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  • About
  • The Global ETD Search service is a free service for researchers to find electronic theses and dissertations. This service is provided by the Networked Digital Library of Theses and Dissertations.
    Our metadata is collected from universities around the world. If you manage a university/consortium/country archive and want to be added, details can be found on the NDLTD website.
1

Intraspecific relationships among the stygobitic shrimp Typhlatya mitchelli, by analyzing sequence data from mitochondrial DNA

Webb, Michael Scott 30 September 2004 (has links)
Intraspecific relationships among the anchialine cave shrimp Typhlatya mitchelli were examined by sequencing a total of 1505 bp from portions of three mitochondrial DNA genes. Cytochrome b, cytochrome oxidase I, and 16S rRNA were partially sequenced and analyzed for specimens from six different cenotes (water-filled caves) across the Yucatan Peninsula, Mexico. The conspecific Typhlatya pearsei that is sympatric with T. mitchelli was also sequenced and used as the outgroup. Comparisons among specimens of T. mitchelli yielded low sequence divergence values (0-1.7%), with the majority being less than 0.4%. Phylogenetic tree topologies reconstructed with neighbor-joining, maximum likelihood, and maximum parsimony were in agreement in regards of the resolution of deep branches. Also, there was no obvious geographic differentiation among the majority of T. mitchelli samples, with the exception of specimens from Cenote San Antonio Chiich (Yokdzonot, Yucatan, Mexico) which all clustered into an extremely well supported monophyletic group. The level of differentiation of this group, together with the nearly total absence of differentiation among T. mitchelli from distant cave systems, suggests that this is an Evolutionary Significant Unit (ESU), which may correspond to a new species. This unidentified Typhlatya from Cenote San Antonio Chiich was helpful in establishing a period in which the epigean ancestor colonized the cenotes. Based on pairwise distance data and previously published shrimp molecular clocks (Baldwin et al., 1998), T. mitchelli and the putative new Typhlatya species last shared a common ancestor between 3-5 million years ago (mya), during the mid-Pliocene era, while T. mitchelli and T. pearsei was approximately 7-10 mya (middle to late Miocene). The ancestor to T. mitchelli and the unidentified Typhlatya species abandoned its shallow coastal water existence in the early Pliocene and eventually expanded its range across the peninsula. Approximately 4 mya, Cenote San Antonio Chiich became isolated from the remaining gene pool thereby halting gene flow. As the regional water table fluctuated in response to the rise and fall of Pleistocene sea levels, T. mitchelli actively colonized the peninsula. The discovery of a single, continuous subterranean freshwater system provides for a better understanding of anchialine biogeography within the Yucatan Peninsula.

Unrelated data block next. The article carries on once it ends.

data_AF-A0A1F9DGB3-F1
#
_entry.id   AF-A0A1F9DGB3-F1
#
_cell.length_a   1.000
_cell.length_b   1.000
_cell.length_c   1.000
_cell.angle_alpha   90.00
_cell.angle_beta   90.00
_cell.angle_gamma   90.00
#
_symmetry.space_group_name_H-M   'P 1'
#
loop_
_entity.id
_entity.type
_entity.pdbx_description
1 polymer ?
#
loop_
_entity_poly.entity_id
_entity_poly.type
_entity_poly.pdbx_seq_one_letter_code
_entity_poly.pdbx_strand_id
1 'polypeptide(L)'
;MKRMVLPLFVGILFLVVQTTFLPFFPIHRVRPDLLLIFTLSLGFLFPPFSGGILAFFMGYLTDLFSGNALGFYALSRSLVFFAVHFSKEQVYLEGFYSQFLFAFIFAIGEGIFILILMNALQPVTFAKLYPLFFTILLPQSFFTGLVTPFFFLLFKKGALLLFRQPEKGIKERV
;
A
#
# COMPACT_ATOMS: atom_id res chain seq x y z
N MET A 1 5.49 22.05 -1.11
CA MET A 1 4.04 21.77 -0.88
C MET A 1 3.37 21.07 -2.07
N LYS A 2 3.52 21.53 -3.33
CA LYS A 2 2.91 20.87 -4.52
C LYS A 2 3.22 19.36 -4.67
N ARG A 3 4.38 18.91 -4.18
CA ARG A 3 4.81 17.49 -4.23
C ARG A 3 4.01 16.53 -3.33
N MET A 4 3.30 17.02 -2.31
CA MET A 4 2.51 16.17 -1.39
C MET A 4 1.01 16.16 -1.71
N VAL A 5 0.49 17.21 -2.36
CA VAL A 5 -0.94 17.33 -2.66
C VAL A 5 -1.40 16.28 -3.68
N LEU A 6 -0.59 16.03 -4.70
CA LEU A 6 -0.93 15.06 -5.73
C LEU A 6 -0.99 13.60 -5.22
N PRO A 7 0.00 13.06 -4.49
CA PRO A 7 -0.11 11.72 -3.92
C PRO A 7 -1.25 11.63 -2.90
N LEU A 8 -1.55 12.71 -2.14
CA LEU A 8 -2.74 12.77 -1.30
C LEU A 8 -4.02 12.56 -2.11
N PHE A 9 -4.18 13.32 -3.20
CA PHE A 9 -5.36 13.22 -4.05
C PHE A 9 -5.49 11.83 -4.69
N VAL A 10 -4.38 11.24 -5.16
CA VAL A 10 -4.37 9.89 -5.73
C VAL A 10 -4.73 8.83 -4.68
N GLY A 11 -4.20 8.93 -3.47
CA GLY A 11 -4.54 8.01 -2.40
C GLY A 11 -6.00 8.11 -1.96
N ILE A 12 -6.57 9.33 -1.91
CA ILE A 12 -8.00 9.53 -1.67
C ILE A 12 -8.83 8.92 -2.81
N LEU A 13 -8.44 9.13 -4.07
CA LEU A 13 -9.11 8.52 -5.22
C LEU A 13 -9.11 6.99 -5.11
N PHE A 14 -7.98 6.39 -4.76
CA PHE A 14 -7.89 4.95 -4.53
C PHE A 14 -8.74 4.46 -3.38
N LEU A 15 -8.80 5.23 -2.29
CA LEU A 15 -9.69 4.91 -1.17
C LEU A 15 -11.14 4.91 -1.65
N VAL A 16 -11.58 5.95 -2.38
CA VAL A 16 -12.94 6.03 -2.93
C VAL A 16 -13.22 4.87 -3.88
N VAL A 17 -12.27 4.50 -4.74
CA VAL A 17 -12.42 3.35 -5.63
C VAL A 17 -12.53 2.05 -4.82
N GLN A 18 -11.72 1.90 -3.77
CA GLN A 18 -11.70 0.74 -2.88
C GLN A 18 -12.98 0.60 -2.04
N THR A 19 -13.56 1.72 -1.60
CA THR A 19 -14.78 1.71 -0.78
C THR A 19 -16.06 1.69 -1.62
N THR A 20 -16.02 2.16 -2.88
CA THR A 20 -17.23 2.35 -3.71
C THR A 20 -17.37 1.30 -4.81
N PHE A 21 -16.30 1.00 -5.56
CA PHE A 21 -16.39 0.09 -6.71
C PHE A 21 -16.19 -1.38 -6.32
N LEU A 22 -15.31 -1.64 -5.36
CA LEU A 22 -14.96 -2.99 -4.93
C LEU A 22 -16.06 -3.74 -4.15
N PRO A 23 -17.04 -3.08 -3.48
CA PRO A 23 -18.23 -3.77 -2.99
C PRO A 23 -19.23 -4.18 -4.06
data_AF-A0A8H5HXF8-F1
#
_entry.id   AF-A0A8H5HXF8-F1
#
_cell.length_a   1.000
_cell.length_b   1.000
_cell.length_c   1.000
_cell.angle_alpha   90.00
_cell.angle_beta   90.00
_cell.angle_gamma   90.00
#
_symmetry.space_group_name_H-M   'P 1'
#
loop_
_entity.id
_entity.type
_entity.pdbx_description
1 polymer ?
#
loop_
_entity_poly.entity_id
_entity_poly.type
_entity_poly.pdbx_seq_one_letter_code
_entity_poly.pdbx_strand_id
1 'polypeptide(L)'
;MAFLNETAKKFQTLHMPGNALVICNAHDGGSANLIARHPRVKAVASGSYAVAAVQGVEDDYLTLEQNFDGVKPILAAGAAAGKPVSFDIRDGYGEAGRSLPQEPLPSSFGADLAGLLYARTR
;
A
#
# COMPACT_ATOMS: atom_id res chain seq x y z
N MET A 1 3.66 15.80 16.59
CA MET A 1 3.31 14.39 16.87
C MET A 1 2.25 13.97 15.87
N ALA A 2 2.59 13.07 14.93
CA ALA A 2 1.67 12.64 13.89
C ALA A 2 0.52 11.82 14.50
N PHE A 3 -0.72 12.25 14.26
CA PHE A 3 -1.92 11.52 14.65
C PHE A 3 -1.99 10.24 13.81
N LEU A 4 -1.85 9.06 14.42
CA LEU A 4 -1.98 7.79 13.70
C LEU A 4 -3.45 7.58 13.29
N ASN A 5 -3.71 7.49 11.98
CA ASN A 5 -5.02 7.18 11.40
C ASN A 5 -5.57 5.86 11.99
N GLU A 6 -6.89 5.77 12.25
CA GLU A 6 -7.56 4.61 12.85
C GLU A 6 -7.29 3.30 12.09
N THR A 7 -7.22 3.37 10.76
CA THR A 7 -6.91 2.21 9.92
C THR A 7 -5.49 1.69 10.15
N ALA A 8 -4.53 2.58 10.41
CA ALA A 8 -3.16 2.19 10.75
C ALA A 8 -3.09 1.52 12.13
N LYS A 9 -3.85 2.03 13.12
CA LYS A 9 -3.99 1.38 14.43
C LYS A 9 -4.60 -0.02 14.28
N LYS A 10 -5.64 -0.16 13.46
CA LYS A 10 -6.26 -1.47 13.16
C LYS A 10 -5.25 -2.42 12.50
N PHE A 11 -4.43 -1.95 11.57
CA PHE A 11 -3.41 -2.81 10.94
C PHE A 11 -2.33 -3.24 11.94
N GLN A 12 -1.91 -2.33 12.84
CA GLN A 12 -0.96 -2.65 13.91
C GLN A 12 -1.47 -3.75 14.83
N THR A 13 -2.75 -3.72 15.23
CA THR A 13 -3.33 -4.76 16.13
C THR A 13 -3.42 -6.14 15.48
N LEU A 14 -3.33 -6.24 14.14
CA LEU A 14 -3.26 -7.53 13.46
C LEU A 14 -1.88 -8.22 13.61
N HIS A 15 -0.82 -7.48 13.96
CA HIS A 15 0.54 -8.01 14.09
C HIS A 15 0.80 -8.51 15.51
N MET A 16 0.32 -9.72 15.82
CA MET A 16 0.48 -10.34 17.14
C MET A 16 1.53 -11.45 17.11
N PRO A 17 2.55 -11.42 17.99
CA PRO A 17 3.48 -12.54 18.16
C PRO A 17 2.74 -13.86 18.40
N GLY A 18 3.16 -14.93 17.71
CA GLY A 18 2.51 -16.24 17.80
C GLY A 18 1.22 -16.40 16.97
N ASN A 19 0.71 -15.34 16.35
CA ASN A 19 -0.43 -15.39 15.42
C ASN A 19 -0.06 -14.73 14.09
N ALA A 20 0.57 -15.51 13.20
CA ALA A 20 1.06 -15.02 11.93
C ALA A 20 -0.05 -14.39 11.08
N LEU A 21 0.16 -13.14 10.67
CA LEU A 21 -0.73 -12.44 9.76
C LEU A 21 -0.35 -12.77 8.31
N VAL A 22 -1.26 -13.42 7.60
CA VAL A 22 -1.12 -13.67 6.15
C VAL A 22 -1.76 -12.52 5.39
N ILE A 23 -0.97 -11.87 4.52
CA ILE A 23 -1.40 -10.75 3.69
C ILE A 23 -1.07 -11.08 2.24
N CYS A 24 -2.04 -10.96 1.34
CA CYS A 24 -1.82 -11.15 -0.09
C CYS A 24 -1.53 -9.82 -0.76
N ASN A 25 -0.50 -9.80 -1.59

2

Environmental biosafety of field scale GM triticale (xTriticosecale Wittmack) cultivation for bioindustrial applications

Kavanagh, Vanessa B Unknown Date
No description available.
3

Developmental timing in aquatic embryos : linking intraspecific heterochrony and evolution

Tills, Oliver A. January 2013 (has links)
The main aim of this thesis is to understand the extent to which intraspecific variation in developmental event timing might provide the raw material from which heterochronies may originate. To this end I studied the timing of a suite of both morphological and physiological events in the embryonic development of Radix balthica, a species of aquatic snail known to exhibit event timing variation during the embryonic period (Tills et al. 2010; Rundle et al. 2011) and that sits within an evolutionary clade, in which extensive heterochrony has been documented (Smirthwaite et al. 2007). I found that variation in embryonic developmental event timing within R. balthica is pervasive (Chapters 2 - 5) and distributed primarily at low (inter-individual and egg mass), rather than high (population) biological levels (Chapter 3). This variation also appears to have a genetic basis (Chapter 2) and to be heritable (Chapters 4 and 5). Examination of the development of function in the cardiovascular (CV) system in Chapter 5 also revealed extensive variation, including differences between egg masses in the timing of aspects of this development, and differences between populations in the rates of change in heart rate during different phases of ontogeny. Variation in CV development also had effects on life history, which suggest that altered embryonic development might have implications for Darwinian fitness (Chapter 5). This thesis demonstrates that intraspecific variation in developmental event timing represents a fundamental link between ontogeny and phylogeny and that study of altered timing at the inter-individual level provides the opportunity to address questions concerning its evolvability and implications.